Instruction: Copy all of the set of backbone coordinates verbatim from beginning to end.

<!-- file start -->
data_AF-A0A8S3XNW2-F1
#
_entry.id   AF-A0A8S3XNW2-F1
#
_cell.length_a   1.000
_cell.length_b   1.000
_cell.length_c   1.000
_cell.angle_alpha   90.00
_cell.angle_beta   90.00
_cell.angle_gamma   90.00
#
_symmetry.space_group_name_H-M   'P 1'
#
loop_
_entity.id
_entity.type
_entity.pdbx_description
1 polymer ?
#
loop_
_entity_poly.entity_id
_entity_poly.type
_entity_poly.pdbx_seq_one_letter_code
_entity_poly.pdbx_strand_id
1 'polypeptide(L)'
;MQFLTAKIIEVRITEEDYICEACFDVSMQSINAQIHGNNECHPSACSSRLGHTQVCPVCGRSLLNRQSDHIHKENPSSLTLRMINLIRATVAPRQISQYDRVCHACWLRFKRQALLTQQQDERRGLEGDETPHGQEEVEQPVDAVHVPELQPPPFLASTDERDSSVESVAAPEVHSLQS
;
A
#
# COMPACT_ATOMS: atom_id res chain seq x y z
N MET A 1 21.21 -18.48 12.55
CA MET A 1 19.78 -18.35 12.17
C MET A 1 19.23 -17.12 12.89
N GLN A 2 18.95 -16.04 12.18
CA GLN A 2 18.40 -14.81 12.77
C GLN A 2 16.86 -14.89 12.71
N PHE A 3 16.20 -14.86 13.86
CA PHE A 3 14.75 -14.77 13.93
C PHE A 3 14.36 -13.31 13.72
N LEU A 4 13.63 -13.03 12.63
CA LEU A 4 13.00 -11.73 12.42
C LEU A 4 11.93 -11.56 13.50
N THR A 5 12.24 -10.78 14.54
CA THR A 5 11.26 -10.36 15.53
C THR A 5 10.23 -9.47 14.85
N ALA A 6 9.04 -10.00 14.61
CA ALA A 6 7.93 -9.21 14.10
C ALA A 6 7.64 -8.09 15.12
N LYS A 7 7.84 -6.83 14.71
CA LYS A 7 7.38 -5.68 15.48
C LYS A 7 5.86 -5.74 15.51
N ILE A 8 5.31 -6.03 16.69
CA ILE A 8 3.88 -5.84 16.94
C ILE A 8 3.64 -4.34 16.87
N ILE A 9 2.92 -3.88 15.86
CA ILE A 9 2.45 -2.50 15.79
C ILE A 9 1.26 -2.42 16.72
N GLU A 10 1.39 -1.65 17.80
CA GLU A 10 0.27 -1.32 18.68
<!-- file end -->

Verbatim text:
data_AF-A0A8S3XNW2-F1
#
_entry.id   AF-A0A8S3XNW2-F1
#
_cell.length_a   1.000
_cell.length_b   1.000
_cell.length_c   1.000
_cell.angle_alpha   90.00
_cell.angle_beta   90.00
_cell.angle_gamma   90.00
#
_symmetry.space_group_name_H-M   'P 1'
#
loop_
_entity.id
_entity.type
_entity.pdbx_description
1 polymer ?
#
loop_
_entity_poly.entity_id
_entity_poly.type
_entity_poly.pdbx_seq_one_letter_code
_entity_poly.pdbx_strand_id
1 'polypeptide(L)'
;MQFLTAKIIEVRITEEDYICEACFDVSMQSINAQIHGNNECHPSACSSRLGHTQVCPVCGRSLLNRQSDHIHKENPSSLTLRMINLIRATVAPRQISQYDRVCHACWLRFKRQALLTQQQDERRGLEGDETPHGQEEVEQPVDAVHVPELQPPPFLASTDERDSSVESVAAPEVHSLQS
;
A
#
# COMPACT_ATOMS: atom_id res chain seq x y z
N MET A 1 21.21 -18.48 12.55
CA MET A 1 19.78 -18.35 12.17
C MET A 1 19.23 -17.12 12.89
N GLN A 2 18.95 -16.04 12.18
CA GLN A 2 18.40 -14.81 12.77
C GLN A 2 16.86 -14.89 12.71
N PHE A 3 16.20 -14.86 13.86
CA PHE A 3 14.75 -14.77 13.93
C PHE A 3 14.36 -13.31 13.72
N LEU A 4 13.63 -13.03 12.63
CA LEU A 4 13.00 -11.73 12.42
C LEU A 4 11.93 -11.56 13.50
N THR A 5 12.24 -10.78 14.54
CA THR A 5 11.26 -10.36 15.53
C THR A 5 10.23 -9.47 14.85
N ALA A 6 9.04 -10.00 14.61
CA ALA A 6 7.93 -9.21 14.10
C ALA A 6 7.64 -8.09 15.12
N LYS A 7 7.84 -6.83 14.71
CA LYS A 7 7.38 -5.68 15.48
C LYS A 7 5.86 -5.74 15.51
N ILE A 8 5.31 -6.03 16.69
CA ILE A 8 3.88 -5.84 16.94
C ILE A 8 3.64 -4.34 16.87
N ILE A 9 2.92 -3.88 15.86
CA ILE A 9 2.45 -2.50 15.79
C ILE A 9 1.26 -2.42 16.72
N GLU A 10 1.39 -1.65 17.80
CA GLU A 10 0.27 -1.32 18.68